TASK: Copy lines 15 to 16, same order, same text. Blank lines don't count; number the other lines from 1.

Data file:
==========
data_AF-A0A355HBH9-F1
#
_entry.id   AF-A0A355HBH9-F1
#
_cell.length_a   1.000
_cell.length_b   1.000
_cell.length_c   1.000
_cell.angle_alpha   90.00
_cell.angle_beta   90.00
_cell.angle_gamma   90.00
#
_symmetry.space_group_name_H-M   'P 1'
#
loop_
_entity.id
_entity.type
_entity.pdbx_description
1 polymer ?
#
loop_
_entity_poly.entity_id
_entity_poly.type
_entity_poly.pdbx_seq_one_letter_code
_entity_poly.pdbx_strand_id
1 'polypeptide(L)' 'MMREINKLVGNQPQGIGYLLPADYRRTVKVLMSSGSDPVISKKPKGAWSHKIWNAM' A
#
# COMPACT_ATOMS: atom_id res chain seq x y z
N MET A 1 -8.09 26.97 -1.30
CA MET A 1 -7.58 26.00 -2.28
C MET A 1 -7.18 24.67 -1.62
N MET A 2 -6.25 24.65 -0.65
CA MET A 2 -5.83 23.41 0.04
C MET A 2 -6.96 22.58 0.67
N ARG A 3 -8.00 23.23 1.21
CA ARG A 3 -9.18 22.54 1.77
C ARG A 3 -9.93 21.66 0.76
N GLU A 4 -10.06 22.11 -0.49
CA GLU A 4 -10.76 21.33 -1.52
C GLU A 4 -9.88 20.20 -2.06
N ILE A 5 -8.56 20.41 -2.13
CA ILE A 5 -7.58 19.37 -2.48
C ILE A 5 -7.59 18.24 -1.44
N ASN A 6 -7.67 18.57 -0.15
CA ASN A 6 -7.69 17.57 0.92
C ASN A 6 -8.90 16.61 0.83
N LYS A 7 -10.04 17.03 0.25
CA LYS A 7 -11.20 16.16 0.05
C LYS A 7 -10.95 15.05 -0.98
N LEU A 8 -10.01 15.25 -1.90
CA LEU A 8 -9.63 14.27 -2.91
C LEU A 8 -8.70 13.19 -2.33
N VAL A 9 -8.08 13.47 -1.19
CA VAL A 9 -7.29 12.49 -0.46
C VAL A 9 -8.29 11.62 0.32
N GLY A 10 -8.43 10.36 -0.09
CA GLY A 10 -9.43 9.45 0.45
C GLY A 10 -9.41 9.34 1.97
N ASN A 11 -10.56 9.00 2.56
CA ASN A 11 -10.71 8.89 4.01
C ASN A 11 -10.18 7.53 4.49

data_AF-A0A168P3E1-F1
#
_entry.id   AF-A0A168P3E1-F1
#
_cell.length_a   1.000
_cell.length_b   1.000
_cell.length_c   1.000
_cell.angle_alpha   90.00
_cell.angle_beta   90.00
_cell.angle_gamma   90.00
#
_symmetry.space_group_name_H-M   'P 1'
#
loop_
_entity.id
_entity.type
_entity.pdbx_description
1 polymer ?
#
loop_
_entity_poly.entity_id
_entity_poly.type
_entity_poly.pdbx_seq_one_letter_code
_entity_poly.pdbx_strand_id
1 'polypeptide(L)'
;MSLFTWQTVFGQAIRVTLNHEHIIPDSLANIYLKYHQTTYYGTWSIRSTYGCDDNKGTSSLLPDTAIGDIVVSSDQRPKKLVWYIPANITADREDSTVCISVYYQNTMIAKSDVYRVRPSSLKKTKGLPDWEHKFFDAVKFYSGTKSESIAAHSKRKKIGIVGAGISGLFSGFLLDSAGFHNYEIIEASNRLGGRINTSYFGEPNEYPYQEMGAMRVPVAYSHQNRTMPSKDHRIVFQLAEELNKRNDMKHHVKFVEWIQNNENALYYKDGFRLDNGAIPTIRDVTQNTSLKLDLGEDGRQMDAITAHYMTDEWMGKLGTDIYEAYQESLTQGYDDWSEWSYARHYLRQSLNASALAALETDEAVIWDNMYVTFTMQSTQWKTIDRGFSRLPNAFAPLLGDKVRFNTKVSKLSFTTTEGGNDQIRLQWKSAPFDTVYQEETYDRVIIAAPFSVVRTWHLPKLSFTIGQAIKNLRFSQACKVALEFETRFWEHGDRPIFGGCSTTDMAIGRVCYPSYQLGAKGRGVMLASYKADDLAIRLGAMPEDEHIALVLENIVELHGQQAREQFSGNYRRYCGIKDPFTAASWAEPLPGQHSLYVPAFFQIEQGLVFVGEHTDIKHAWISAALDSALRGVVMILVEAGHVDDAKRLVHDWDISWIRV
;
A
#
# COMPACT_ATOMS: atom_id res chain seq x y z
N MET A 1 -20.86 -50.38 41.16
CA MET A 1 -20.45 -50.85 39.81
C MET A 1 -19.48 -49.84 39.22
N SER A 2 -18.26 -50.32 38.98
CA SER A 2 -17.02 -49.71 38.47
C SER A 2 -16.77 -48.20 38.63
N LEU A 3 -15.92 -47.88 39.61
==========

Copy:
_entity.id
_entity.type